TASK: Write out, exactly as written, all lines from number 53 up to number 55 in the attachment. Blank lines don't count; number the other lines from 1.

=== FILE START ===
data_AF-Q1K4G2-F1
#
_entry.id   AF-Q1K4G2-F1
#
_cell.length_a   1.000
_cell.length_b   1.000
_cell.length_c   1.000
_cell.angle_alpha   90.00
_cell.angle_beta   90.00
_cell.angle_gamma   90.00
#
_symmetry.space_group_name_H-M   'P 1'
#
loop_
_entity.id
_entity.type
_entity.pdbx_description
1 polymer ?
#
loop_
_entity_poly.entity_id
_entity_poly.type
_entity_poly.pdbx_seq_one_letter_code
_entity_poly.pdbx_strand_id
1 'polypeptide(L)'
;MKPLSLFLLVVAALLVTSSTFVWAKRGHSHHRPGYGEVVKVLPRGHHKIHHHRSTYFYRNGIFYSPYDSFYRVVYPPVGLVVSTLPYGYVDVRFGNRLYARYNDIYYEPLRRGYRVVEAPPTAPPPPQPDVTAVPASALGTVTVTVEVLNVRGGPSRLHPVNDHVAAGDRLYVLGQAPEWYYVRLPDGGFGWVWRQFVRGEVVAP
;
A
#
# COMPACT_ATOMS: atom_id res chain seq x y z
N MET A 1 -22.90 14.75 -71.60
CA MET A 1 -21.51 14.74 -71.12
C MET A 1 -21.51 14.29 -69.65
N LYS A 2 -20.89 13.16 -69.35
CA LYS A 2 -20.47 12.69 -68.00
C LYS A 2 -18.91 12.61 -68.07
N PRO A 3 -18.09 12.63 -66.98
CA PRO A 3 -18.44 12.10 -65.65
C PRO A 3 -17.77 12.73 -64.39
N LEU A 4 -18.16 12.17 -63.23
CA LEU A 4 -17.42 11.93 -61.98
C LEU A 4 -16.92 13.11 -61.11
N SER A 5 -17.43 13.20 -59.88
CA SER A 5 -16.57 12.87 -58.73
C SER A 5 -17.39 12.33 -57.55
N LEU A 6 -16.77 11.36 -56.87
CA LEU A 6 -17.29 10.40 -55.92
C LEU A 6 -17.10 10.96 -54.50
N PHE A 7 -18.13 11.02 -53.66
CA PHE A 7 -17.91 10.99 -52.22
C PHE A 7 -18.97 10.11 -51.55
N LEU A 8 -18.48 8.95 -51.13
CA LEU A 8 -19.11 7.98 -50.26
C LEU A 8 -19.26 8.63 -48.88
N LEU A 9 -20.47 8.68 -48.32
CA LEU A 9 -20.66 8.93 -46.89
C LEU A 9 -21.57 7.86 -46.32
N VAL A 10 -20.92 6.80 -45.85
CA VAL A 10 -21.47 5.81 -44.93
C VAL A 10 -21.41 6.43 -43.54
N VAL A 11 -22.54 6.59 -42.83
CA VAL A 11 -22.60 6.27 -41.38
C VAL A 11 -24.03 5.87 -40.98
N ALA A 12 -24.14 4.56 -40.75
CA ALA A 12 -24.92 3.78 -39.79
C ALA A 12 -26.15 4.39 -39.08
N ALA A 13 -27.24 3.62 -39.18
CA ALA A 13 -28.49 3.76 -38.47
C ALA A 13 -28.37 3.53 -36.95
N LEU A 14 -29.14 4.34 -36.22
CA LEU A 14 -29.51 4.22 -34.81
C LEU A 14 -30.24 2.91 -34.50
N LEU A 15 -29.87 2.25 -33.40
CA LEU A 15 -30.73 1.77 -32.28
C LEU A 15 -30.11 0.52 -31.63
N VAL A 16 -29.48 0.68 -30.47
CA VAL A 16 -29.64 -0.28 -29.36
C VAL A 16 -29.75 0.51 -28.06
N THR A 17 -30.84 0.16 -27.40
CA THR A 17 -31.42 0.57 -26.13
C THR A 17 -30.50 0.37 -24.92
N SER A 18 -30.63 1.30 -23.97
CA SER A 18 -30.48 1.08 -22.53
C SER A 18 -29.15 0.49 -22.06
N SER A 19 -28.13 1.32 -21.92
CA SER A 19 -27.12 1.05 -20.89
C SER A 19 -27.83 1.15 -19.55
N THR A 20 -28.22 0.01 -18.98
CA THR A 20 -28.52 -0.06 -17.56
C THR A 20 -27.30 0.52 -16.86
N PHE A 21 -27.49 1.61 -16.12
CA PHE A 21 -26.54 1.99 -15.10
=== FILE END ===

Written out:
CA LEU A 8 -19.11 7.98 -50.26
C LEU A 8 -19.26 8.63 -48.88
N LEU A 9 -20.47 8.68 -48.32